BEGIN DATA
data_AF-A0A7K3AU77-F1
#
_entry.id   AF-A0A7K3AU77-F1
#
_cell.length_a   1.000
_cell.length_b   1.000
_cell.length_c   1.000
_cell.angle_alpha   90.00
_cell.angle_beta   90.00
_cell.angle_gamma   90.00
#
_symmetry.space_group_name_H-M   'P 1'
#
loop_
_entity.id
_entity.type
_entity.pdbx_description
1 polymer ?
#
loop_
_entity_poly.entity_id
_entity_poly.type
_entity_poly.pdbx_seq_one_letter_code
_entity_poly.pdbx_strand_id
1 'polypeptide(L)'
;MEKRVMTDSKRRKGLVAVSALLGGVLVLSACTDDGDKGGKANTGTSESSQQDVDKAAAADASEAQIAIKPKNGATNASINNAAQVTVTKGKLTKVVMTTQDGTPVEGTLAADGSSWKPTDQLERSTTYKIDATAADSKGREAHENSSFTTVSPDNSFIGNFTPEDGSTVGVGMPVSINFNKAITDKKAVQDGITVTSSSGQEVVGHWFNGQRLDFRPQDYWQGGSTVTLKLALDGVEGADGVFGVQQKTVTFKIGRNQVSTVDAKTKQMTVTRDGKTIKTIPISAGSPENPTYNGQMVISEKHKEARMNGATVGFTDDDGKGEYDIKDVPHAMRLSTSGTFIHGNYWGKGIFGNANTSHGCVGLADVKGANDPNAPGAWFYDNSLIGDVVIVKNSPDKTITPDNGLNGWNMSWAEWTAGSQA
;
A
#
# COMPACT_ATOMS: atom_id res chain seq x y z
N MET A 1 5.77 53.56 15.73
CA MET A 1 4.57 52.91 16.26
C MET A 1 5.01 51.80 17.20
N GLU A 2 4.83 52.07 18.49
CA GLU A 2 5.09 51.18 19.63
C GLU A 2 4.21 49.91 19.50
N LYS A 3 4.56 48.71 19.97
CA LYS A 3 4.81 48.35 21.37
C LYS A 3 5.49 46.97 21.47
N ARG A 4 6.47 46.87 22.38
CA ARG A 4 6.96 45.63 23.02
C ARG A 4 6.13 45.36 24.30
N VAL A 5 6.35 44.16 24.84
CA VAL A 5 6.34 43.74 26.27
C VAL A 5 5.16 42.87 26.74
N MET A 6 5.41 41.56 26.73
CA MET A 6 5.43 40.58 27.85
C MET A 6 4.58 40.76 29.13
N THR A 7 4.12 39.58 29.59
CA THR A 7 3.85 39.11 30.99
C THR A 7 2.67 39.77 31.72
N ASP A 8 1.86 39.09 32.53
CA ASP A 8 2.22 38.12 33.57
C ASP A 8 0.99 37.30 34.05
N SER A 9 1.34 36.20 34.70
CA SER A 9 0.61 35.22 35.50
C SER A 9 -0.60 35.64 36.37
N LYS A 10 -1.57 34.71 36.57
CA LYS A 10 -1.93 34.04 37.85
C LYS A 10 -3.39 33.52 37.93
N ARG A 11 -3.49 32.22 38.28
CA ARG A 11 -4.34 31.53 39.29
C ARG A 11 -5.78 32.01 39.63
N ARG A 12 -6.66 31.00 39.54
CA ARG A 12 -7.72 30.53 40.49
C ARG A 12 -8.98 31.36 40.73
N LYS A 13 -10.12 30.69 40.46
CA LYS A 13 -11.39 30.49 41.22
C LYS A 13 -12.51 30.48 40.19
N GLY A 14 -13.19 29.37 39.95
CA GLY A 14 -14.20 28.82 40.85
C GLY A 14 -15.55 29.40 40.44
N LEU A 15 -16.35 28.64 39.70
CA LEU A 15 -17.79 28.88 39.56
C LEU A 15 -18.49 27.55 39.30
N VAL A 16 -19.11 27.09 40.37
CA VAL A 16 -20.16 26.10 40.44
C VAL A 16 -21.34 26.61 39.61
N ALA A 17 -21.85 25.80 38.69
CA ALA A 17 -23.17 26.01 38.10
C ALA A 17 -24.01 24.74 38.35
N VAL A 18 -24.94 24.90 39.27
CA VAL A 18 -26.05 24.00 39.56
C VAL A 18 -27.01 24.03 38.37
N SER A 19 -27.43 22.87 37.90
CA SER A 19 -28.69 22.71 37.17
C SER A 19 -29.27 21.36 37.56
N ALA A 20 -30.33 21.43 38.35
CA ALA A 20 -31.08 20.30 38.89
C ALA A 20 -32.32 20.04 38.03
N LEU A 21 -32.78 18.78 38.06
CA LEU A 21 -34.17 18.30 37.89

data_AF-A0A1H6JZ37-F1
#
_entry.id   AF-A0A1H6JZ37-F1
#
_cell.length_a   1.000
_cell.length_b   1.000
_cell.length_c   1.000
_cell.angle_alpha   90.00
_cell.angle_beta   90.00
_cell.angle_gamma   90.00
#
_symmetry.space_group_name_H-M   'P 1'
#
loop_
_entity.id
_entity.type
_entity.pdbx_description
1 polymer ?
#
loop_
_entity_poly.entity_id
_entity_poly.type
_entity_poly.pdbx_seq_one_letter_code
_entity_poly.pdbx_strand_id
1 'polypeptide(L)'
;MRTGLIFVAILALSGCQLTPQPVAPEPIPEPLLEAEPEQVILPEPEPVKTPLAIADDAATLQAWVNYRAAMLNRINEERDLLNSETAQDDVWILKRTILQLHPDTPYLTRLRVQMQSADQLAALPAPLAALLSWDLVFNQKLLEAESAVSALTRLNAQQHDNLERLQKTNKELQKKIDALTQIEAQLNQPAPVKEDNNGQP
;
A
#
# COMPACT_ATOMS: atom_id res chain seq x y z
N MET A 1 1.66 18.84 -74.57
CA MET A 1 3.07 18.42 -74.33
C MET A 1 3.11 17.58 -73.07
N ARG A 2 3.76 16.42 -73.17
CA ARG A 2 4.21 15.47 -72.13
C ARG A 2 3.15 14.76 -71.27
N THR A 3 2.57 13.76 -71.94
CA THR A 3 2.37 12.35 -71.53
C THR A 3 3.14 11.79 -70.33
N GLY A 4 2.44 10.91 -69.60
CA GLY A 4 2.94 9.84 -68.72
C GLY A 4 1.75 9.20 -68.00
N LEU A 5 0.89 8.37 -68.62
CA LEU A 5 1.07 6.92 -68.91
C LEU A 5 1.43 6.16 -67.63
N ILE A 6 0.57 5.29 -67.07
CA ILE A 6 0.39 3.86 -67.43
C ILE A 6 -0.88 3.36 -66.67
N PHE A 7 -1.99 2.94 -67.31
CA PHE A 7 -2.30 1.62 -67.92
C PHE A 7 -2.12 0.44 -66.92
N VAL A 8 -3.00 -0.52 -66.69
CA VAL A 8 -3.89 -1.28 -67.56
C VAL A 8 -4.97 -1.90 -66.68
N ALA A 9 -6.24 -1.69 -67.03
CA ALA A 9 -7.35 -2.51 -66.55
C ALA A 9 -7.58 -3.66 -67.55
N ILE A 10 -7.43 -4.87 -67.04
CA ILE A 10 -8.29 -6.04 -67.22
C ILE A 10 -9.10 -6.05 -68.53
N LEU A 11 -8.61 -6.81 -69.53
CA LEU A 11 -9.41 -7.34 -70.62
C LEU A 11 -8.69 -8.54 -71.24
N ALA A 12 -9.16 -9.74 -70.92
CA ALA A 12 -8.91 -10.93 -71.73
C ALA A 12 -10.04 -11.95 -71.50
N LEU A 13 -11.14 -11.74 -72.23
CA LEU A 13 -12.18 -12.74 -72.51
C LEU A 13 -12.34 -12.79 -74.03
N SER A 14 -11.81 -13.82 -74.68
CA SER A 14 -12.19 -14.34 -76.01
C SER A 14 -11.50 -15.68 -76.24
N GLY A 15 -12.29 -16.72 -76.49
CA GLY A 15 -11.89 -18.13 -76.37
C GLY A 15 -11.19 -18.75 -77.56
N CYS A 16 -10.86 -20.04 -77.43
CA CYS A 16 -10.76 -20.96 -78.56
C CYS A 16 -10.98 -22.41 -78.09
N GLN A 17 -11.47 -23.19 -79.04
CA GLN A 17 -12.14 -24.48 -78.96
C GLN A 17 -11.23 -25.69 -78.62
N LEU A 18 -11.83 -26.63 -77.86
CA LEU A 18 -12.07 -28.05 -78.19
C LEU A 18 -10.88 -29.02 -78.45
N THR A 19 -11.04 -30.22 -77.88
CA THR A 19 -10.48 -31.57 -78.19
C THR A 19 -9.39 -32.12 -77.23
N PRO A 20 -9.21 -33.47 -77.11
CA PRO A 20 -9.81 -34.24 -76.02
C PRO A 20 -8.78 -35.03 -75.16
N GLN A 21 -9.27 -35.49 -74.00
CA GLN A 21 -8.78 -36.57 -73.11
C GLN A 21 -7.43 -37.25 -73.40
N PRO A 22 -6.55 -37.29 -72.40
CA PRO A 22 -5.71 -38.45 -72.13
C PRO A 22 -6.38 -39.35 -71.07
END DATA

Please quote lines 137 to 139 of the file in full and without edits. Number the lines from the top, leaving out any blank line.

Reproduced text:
C LEU A 5 1.43 6.16 -67.63
N ILE A 6 0.57 5.29 -67.07
CA ILE A 6 0.39 3.86 -67.43